Last month, a South Surrey family marked the four-year anniversary of the date their son – a brother, boyfriend and friend – killed himself.
The tragedy happened on Nov. 13, 2012, four days after the distressed man, unbeknownst to his family, sought help at Peace Arch Hospital’s emergency department. There, his family learned later, he was triaged, met with a psychiatric nurse who determined he was at moderate risk of suicide, was seen by the on-duty doctor and was given a pamphlet for a 24-hour crisis line.
“In the paperwork I have, it was, ‘there you go’,” said the man’s sister, who asked that her brother not be identified publicly to protect her family’s privacy. “There was no followup.”
While Fraser Health officials say changes were implemented at emergency departments across the region as a result of the man’s death, his sister said suicides she is aware of in the years since make her question if anything has, in fact, changed with regard to how individuals in similar circumstances are dealt with.
The woman approached Peace Arch News with her concerns after reading about the death last summer of a young woman on Highway 99. The 23-year-old died around 4 p.m. Aug. 23 when she was struck by a northbound tractor-trailer just north of the 16 Avenue overpass. PAN reported that the tragedy occurred within hours of the woman being released from Peace Arch Hospital against her family’s wishes.
“When I read your article, it kind of struck a chord,” she said. “That poor girl, she obviously needed help.”
The woman said that in meetings, hospital officials acknowledged more should have been done for her brother.
A Dec. 9, 2014 letter from Fraser Health’s Patient Care Quality Review Board states a review of his chart “found that there should have been an effort made by hospital staff to follow up with him after he left the ED prior to having his mental health assessment completed.”
A Jan. 21, 2015 letter from Fraser Health board chair Karen Matty promises a protocol to address the gap was being developed and would be implemented across the region by March of that year.
“The situation you described is not what we want for our patients and families,” Matty writes.
Last Friday, Fraser Health spokesperson Tasleem Juma said she could not speak to the specifics of the brother’s case, but confirmed the protocol was put in place.
“Since the loss of their loved one, we’ve made changes in how we deal with individuals seeking services from our emergency departments who leave without being seen, before a complete assessment can be done or before a discharge plan is completed,” Juma said by email.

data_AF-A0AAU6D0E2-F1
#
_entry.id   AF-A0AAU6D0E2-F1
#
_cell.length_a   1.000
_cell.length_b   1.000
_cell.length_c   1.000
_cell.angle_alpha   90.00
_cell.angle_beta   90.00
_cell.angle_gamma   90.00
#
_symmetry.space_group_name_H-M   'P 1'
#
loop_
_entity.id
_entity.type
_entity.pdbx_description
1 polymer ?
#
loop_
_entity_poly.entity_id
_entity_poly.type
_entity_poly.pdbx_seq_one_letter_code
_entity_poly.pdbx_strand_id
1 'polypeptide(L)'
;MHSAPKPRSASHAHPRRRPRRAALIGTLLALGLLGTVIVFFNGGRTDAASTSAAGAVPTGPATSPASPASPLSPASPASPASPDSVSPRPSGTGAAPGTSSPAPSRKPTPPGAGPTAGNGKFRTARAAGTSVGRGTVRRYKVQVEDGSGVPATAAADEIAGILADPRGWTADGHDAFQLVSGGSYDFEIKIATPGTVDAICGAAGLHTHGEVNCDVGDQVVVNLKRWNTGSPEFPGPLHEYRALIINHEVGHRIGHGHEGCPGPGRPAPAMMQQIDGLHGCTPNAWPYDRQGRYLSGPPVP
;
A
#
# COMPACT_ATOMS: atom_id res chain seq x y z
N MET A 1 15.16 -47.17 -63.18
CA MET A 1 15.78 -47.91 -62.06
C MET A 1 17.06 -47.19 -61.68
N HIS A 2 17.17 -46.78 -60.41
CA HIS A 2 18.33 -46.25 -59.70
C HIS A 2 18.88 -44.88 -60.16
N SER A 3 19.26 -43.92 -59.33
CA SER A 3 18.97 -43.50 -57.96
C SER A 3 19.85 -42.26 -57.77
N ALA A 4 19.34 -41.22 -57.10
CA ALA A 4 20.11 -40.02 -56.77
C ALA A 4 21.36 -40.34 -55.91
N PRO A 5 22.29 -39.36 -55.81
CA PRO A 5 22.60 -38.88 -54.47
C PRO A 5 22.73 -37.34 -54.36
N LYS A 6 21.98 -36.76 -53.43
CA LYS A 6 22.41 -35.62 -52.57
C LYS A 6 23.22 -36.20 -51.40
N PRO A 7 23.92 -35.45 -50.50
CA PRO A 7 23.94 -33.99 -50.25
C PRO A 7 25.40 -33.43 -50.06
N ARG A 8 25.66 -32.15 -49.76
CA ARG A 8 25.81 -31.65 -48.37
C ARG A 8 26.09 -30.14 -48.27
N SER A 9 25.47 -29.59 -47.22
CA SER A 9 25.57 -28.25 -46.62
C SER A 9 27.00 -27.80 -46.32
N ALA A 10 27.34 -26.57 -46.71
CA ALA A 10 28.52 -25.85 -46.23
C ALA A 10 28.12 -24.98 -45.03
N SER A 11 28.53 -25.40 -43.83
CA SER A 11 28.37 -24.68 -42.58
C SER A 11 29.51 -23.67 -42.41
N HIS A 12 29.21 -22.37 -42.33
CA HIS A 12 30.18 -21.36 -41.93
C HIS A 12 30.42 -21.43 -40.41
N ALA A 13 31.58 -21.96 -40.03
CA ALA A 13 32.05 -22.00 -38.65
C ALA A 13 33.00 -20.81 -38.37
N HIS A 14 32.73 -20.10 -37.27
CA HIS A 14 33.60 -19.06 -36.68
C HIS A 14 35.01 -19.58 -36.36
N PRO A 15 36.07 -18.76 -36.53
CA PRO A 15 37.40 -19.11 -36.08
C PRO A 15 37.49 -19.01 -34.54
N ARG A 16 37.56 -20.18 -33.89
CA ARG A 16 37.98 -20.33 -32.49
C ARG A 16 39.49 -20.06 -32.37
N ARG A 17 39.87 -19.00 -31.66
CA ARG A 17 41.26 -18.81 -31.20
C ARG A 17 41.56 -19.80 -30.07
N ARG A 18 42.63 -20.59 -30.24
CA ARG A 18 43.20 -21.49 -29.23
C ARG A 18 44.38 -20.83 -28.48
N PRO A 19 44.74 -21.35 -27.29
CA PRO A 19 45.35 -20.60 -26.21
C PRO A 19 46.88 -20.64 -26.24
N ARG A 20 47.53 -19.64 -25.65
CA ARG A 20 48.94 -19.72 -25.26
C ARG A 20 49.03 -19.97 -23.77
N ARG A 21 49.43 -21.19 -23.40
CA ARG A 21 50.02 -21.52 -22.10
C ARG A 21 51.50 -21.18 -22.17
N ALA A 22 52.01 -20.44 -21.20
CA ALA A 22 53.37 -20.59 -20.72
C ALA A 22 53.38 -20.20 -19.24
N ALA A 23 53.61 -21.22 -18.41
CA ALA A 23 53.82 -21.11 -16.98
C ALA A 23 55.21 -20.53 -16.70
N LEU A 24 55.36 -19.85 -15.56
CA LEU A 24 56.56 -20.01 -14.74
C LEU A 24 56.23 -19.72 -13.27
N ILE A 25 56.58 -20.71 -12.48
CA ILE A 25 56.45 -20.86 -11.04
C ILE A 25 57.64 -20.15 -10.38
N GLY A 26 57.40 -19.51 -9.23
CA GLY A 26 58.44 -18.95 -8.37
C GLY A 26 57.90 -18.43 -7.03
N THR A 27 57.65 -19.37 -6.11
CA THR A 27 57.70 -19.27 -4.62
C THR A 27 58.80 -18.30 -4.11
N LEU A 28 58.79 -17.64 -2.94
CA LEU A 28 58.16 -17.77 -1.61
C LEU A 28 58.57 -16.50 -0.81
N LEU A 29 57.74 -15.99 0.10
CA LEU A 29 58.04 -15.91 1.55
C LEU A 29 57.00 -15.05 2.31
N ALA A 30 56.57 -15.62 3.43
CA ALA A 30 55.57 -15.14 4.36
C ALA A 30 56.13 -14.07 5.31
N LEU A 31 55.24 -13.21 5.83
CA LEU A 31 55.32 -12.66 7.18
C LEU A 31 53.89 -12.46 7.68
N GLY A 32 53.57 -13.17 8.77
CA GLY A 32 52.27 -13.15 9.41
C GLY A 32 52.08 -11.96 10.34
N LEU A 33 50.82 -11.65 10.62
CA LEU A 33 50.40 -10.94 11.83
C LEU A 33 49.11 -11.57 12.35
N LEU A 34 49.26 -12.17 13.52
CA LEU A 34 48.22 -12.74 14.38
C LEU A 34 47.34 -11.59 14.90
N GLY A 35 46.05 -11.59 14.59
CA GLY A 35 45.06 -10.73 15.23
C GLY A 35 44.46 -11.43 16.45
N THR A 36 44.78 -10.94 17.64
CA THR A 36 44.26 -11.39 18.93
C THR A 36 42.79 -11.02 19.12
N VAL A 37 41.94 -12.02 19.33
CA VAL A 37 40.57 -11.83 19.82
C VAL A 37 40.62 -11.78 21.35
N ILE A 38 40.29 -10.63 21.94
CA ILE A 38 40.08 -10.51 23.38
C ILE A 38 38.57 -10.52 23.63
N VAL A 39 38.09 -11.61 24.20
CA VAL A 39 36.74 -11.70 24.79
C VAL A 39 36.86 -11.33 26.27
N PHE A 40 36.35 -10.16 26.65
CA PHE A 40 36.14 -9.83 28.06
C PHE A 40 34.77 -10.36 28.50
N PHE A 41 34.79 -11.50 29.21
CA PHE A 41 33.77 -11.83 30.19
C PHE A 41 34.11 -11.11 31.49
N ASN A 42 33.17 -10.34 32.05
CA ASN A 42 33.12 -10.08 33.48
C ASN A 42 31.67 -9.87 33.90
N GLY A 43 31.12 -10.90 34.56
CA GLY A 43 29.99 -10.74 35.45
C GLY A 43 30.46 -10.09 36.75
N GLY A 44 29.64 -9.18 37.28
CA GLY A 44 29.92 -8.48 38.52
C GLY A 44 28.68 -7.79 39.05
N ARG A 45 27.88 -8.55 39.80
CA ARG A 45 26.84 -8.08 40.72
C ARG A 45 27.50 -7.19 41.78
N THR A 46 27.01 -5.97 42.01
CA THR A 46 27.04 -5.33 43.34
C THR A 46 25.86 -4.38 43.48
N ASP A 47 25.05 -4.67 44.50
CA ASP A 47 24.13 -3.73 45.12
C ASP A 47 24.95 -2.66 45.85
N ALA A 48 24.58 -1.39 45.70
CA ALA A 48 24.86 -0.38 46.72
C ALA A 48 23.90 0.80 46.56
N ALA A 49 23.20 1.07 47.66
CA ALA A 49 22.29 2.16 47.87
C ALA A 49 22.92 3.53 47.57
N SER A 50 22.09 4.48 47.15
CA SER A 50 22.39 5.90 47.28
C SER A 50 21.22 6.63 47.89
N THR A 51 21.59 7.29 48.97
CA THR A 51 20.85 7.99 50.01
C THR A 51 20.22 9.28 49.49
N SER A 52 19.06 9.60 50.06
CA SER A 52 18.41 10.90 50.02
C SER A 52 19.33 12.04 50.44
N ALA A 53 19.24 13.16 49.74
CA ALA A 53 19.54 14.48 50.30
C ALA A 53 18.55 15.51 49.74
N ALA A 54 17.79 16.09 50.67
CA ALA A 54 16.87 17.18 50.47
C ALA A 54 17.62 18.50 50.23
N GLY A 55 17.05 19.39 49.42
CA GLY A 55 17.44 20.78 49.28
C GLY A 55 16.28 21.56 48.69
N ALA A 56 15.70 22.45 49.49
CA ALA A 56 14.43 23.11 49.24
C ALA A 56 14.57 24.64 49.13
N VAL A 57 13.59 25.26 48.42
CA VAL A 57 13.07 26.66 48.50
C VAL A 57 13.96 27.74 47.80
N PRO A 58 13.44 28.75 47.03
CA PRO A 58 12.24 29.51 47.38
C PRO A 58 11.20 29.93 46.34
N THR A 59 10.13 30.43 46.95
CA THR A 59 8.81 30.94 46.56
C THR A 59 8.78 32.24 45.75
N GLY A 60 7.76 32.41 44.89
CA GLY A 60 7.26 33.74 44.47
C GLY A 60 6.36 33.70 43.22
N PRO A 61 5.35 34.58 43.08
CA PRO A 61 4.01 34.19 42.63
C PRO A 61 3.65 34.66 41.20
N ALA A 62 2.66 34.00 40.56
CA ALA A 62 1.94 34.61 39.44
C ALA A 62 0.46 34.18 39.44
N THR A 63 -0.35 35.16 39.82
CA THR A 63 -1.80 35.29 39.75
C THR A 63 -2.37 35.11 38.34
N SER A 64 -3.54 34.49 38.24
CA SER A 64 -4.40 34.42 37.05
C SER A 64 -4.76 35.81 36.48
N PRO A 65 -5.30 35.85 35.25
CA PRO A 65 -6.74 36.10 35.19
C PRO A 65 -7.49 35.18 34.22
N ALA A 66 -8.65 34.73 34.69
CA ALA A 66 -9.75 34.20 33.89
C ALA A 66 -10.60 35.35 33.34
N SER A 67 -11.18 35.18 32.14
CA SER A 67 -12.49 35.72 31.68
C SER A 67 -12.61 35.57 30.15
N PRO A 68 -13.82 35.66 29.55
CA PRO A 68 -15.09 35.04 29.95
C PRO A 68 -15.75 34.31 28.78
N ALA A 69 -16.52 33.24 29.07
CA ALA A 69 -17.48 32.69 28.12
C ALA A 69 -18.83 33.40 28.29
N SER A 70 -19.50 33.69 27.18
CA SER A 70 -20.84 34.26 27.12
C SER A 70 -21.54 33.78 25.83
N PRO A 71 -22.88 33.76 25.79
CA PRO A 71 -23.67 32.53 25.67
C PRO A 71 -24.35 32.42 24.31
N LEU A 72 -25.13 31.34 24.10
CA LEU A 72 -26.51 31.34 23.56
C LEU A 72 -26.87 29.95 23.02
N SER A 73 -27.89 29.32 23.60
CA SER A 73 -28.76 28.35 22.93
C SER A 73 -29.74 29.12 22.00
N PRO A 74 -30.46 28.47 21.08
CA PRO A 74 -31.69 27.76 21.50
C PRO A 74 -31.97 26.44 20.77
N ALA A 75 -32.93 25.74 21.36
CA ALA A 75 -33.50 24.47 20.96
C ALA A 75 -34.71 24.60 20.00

“The protocol is a standardized process to ensure staff connect with patients who leave the emergency department before their assessment/care has been completed, to ensure they receive the appropriate follow-up care, with documentation in their chart.”
In speaking with PAN Monday, Juma explained the protocol kicks in as soon as staff are aware that a patient whose health is believed at risk has left the emergency ward before their assessment is complete. It is applied regardless of whether that health risk is physical or mental, she said, and steps to locate or connect with the individual can range from a search of the hospital grounds to involving police. Each step taken is noted in the patient’s chart, she added.
Juma emphasized the protocol is specific to ER outpatients. In-patients, she said, “are a totally different group to this protocol.”
And, “there’s a whole other process” for patients who leave after being admitted under the Mental Health Act.
And while the 2012 suicide victim’s sister said she heard many times that a lack of resources also played a role in her brother’s treatment that day, Juma said that was not the case.
The sister is not the first person in the months since the Aug. 23 tragedy to approach PAN with concerns about how a loved one with mental-health issues was treated at Peace Arch Hospital.
In September, the family of Spencer Walden came forward (pictured at left).
Walden died last February, in a seven-storey fall from St. Paul’s Hospital in Vancouver. He had made his way to Vancouver while on a therapeutic pass from the hospital – a pass his family says they implored hospital officials not to issue, as he was struggling with his mental health.
As of this week, a coroner’s investigation into Walden’s death was still ongoing. His family is hoping it will lead to an inquest, as well as a reversal of the classification of Walden’s death to psychosis-induced, rather than suicide.
While these two cases have differences – including that Walden was an in-patient – both families agree that their loved ones’ deaths identify serious issues in health care.
Walden’s mother told PAN in September that she hopes her family’s story will inspire others to speak out, and effect change that prevents similar tragedies.
For the 2012 victim’s sister, the goal is the same.
“It’s the fact… he went in looking for help. He had the confidence and courage to ask for it, and he didn’t get it,” she said of her brother. “That’s the part that kills me, and I don’t want that to happen to anybody else.
“It’s tragic for us, but if the learnings from this can save and change for the future, then that’s a positive.”